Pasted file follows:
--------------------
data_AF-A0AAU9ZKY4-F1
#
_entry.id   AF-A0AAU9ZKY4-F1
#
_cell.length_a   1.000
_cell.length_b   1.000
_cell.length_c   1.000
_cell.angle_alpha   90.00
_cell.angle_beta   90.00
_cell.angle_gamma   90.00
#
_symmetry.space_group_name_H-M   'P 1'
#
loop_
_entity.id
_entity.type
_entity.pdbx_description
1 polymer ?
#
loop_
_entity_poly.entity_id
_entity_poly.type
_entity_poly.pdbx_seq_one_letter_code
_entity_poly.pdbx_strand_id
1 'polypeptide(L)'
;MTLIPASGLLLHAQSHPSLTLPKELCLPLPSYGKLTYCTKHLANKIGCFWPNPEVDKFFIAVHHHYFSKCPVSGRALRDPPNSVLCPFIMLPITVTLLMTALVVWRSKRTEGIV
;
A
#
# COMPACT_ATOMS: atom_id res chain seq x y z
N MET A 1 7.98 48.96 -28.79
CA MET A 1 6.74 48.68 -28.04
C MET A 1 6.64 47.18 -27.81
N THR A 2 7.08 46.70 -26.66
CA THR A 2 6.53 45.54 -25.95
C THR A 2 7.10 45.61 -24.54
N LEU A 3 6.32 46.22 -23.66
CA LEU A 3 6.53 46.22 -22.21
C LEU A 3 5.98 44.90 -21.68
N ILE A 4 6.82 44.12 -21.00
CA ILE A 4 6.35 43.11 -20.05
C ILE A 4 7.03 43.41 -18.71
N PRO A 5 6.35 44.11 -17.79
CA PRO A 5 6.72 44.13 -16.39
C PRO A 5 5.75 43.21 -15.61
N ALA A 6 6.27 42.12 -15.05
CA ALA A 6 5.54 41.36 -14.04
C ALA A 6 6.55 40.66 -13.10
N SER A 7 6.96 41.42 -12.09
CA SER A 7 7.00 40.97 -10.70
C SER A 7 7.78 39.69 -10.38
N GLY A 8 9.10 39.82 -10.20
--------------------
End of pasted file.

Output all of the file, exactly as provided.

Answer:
data_AF-A0AAU9ZKY4-F1
#
_entry.id   AF-A0AAU9ZKY4-F1
#
_cell.length_a   1.000
_cell.length_b   1.000
_cell.length_c   1.000
_cell.angle_alpha   90.00
_cell.angle_beta   90.00
_cell.angle_gamma   90.00
#
_symmetry.space_group_name_H-M   'P 1'
#
loop_
_entity.id
_entity.type
_entity.pdbx_description
1 polymer ?
#
loop_
_entity_poly.entity_id
_entity_poly.type
_entity_poly.pdbx_seq_one_letter_code
_entity_poly.pdbx_strand_id
1 'polypeptide(L)'
;MTLIPASGLLLHAQSHPSLTLPKELCLPLPSYGKLTYCTKHLANKIGCFWPNPEVDKFFIAVHHHYFSKCPVSGRALRDPPNSVLCPFIMLPITVTLLMTALVVWRSKRTEGIV
;
A
#
# COMPACT_ATOMS: atom_id res chain seq x y z
N MET A 1 7.98 48.96 -28.79
CA MET A 1 6.74 48.68 -28.04
C MET A 1 6.64 47.18 -27.81
N THR A 2 7.08 46.70 -26.66
CA THR A 2 6.53 45.54 -25.95
C THR A 2 7.10 45.61 -24.54
N LEU A 3 6.32 46.22 -23.66
CA LEU A 3 6.53 46.22 -22.21
C LEU A 3 5.98 44.90 -21.68
N ILE A 4 6.82 44.12 -21.00
CA ILE A 4 6.35 43.11 -20.05
C ILE A 4 7.03 43.41 -18.71
N PRO A 5 6.35 44.11 -17.79
CA PRO A 5 6.72 44.13 -16.39
C PRO A 5 5.75 43.21 -15.61
N ALA A 6 6.27 42.12 -15.05
CA ALA A 6 5.54 41.36 -14.04
C ALA A 6 6.55 40.66 -13.10
N SER A 7 6.96 41.42 -12.09
CA SER A 7 7.00 40.97 -10.70
C SER A 7 7.78 39.69 -10.38
N GLY A 8 9.10 39.82 -10.20